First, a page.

The Liberal Party is in crisis with the prime minister about to be ousted, the treasurer losing his seat and only one man left standing as a potential leader.
The Liberal Party is in crisis tonight with Prime Minister Scott Morrison set to be swept from office and the heir apparent to take over the top job, Josh Frydenberg, set to lose his seat.
Mr Frydenberg all but conceded defeat at the Kooyong siege, saying he could now have more time for a better father.
Flanked by his wife Amie, the treasurer was moved to tears as he paid tribute to his family.
“So while it’s mathematically possible for us to win in Kooyong, it’s definitely tough,” he said.
“But while the votes are still being counted, I wanted to take this opportunity to be here with Amie to say some thanks. Thank you to the people of Kooyong.
“Thank you to the people of Australia. Thank you to my party and my colleagues. But above all, thank you to my family.
“They say in politics that politicians are the volunteers and our families are the conscripts, and a truer word could not have been said. Because the fact is that I have been supported every day in this work by the partner most remarkable of life, in my wife Amie.
The fallout from the 2022 election could leave Queensland’s Peter Dutton the only man likely to take the helm, after facing a challenge from Labor’s Ali, France is still in the running.
Mr Dutton retained his seat after holding it for more than 20 years following his election in 2001.
It was a close race, however. As of 9:45 p.m. Saturday night, there were just 717 votes between Dutton and France, with more than 50% of the total votes in Dickson counted.
Mr Frydenberg’s primary vote in the Kooyong seat was reduced after a deadly battle with Dr Monqiue Ryan.
The Australian‘s Troy Bramston said what was happening had left the Liberal Party in its biggest crisis since World War II.
“The Liberal Party is experiencing its greatest crisis since 1944 – not losing government but losing its grassroots base in well-to-do seats like Kooyong, Goldstein, Higgins, North Sydney, Mackellar and Wentworth,” he said.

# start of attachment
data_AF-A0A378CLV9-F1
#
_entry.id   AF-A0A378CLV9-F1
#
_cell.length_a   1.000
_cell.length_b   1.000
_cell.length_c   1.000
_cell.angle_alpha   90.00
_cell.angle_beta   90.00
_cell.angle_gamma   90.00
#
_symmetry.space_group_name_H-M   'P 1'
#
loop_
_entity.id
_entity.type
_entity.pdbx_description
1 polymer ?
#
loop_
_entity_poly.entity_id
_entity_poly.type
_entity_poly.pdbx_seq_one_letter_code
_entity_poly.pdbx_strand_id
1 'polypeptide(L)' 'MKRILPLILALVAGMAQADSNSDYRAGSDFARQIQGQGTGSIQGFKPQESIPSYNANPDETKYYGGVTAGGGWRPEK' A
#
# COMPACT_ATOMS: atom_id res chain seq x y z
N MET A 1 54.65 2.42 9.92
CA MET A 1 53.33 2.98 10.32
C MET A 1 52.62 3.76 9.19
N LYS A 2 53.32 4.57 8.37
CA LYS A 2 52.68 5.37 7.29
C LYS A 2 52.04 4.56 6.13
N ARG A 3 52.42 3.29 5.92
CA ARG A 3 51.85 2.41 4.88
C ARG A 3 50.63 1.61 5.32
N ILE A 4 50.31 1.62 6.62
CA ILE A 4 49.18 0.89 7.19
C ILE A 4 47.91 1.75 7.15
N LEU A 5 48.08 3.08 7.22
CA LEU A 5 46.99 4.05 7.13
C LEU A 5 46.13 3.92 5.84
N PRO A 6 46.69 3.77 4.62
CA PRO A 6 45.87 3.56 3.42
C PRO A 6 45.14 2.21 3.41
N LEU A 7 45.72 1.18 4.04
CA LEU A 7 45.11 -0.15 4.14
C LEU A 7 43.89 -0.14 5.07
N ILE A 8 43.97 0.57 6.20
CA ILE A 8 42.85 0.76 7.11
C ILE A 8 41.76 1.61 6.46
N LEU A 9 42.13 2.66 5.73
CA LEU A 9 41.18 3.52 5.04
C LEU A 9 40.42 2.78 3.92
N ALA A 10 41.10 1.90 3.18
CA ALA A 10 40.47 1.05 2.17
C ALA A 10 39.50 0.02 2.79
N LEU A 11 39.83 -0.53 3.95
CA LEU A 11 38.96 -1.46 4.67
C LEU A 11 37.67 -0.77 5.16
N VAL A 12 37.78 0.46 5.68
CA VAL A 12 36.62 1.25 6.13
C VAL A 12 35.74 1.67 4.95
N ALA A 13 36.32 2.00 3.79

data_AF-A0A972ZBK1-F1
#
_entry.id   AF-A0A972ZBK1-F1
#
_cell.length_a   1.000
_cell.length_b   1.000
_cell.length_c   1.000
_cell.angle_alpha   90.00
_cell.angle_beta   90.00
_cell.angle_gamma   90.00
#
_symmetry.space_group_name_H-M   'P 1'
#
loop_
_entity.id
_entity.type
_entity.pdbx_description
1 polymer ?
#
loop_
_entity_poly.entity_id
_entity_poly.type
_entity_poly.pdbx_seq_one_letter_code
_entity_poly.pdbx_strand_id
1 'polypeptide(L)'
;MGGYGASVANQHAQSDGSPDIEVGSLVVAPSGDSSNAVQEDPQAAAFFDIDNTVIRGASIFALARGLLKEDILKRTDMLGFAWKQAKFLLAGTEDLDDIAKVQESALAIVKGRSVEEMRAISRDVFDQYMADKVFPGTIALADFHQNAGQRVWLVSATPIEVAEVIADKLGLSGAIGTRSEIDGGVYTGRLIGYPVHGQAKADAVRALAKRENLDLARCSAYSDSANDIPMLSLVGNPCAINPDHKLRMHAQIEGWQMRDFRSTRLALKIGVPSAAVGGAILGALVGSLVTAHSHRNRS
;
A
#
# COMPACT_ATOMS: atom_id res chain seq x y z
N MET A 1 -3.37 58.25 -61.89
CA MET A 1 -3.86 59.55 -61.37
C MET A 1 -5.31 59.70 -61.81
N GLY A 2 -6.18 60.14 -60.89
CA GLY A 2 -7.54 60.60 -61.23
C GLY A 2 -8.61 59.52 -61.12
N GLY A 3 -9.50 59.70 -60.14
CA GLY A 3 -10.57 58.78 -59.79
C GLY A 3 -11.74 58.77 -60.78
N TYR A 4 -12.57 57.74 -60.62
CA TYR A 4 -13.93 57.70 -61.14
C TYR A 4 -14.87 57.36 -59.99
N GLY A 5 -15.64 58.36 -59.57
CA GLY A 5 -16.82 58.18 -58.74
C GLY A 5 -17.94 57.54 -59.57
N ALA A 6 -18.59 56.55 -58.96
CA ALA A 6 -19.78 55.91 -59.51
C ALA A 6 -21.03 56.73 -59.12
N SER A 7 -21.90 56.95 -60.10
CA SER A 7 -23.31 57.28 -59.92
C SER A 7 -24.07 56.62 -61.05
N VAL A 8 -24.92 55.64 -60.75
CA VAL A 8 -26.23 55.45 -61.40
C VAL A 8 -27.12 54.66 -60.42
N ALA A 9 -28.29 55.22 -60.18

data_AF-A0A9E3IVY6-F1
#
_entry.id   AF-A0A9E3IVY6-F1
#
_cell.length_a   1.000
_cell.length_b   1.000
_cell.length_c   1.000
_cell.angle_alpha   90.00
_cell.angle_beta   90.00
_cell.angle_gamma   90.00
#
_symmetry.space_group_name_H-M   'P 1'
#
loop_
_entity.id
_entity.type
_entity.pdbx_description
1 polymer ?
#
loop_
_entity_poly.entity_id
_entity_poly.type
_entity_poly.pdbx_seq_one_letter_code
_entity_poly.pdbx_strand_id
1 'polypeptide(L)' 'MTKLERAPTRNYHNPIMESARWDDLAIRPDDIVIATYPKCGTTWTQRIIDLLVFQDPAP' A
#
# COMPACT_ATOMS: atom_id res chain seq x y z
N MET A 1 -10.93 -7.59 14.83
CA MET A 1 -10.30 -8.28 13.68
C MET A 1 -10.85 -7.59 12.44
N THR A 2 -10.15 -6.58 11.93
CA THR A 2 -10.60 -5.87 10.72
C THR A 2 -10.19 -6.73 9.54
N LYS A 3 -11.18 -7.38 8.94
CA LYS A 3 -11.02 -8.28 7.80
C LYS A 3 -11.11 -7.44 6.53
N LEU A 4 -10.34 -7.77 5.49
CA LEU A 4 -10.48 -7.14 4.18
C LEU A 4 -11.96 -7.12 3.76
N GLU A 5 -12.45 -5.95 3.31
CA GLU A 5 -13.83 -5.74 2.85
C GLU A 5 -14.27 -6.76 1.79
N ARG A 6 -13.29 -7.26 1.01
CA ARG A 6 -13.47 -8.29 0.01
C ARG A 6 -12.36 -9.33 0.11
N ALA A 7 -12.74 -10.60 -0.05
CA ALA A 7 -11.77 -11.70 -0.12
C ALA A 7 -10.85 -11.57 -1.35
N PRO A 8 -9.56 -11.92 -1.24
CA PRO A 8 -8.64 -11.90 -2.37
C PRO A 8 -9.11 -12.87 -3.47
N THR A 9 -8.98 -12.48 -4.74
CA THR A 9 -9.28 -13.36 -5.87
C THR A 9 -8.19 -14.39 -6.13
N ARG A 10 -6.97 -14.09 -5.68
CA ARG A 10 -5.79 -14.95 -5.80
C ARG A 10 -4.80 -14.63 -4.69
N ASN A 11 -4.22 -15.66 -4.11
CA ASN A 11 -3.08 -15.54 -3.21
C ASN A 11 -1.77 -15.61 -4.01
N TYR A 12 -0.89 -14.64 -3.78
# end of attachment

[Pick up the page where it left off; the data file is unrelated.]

“A crisis of identity, of constituency, of leadership.”
The good news continues for Labor in Lilley, where the ALP predicts a 4% swing, which would put Labor on a 2PP of 54.
They already hold that seat so it’s not a change.
But something interests us: the Liberal occupied the seat of Chisholm in Victoria. With 5,000 primaries counted, Labor expects 52% of 2PP. So it looks like a victory for the PLA.
Follow our election blog live for the results of each seat as they are called throughout the night
Higgins, the former seat of Peter Costello, also fell to Labor tonight, with Michelle Ananda-Rajah knocking out Liberal MP Katie Allen.
Another surprise appears to come with the NSW seat of Bennelong coming back strong for Labor with 11,000 votes counted, and ALP predicting a 54-46 2PP in Jerome Laxale.
The Liberal Party has held Bennelong since 2010, but incumbent MP John Alexander is retiring, with Simon Kennedy replacing him.
Despite early good news, it is not the clear Labor victory suggested by previous opinion polls.
“At the moment what I see is a hung parliament,” the ABC’s Antony Green said tonight.